When I first came to this fine institution, I was overwhelmed by the caliber of class discussions regarding the Core curriculum and impressed by the richness of the pervading intellectual life on campus. I quickly learned, however, a tendency that some UD students have – the tendency toward cynicism.
As deGrood says, “all too frequently, I notice someone express interest in something (whether it be a work of literature, a piece of music, etc.) only to be immediately denigrated by a mob of peers,” and I too have witnessed such denigration as well as have personally experienced it.
Furthermore, I wholeheartedly agree with deGrood when he says that this type of denigration “is not conducive to an environment that fosters love.” While deGrood mentions how such cynicism can interfere with the fostering of love, I think he does not explicitly mention the root of the cynicism.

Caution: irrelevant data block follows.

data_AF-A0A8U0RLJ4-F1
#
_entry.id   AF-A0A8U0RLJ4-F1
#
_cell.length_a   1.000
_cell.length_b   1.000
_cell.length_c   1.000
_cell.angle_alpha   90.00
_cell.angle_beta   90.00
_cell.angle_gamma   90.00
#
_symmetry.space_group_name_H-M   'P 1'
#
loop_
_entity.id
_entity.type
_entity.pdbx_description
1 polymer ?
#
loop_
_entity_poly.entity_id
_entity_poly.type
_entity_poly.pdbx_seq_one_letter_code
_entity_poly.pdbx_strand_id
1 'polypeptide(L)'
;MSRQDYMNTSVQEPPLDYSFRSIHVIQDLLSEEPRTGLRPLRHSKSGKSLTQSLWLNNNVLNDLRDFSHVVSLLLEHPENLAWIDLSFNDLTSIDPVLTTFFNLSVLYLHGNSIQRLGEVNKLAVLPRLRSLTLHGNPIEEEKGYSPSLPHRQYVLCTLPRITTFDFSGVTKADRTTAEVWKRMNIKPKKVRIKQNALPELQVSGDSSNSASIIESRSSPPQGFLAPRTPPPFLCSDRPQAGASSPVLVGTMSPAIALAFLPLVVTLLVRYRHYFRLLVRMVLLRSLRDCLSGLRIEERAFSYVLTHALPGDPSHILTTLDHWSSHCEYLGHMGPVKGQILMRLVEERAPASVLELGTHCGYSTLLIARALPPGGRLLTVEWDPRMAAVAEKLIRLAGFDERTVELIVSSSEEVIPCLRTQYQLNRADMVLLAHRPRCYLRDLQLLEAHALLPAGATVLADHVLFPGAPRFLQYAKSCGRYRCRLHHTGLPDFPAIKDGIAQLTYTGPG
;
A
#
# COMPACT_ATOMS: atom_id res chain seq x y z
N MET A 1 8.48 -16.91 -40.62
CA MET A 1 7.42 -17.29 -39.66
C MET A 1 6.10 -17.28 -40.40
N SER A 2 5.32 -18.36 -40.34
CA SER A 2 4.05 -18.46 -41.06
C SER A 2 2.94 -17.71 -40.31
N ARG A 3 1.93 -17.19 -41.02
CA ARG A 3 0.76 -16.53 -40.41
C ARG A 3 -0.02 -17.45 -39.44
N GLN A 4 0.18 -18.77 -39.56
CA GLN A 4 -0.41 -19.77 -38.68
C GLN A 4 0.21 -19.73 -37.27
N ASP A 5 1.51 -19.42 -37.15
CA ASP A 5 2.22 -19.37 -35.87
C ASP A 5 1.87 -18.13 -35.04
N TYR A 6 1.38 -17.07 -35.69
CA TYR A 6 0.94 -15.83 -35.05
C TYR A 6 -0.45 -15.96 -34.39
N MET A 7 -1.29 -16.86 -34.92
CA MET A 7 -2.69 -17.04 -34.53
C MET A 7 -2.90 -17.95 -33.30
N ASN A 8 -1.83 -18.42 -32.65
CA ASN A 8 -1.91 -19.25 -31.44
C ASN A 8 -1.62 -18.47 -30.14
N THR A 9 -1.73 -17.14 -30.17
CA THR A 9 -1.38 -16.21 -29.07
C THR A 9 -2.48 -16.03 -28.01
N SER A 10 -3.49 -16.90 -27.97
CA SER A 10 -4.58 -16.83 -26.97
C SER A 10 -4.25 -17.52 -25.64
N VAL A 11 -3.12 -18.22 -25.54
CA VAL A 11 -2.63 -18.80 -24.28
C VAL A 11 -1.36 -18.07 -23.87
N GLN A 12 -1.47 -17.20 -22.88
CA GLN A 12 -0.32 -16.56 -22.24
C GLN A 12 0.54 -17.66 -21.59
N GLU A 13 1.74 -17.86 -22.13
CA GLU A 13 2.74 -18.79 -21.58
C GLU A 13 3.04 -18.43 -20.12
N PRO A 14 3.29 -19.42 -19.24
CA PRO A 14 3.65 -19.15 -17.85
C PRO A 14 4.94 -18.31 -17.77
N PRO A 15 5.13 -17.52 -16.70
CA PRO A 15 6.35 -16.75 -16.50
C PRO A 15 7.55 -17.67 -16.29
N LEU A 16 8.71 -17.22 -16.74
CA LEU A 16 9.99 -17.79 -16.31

My theory of the cause of belittling an opinion or interest is a lack of maturity or a lack of personal security. While I think it is natural to be a little guarded when being exposed to a new idea or a different opinion, it is not beneficial to be defensive or dismissive too quickly.
Rather, it is important to first be open to what someone else says because who knows, he might actually teach you something that you did not know before, even if you may disagree!
As St. Thomas Aquinas says, “We must love them both, those whose opinions we share and those whose opinions we reject. For both have labored in the search for truth and both have helped us in the finding of it.”
– Mary Jones, class of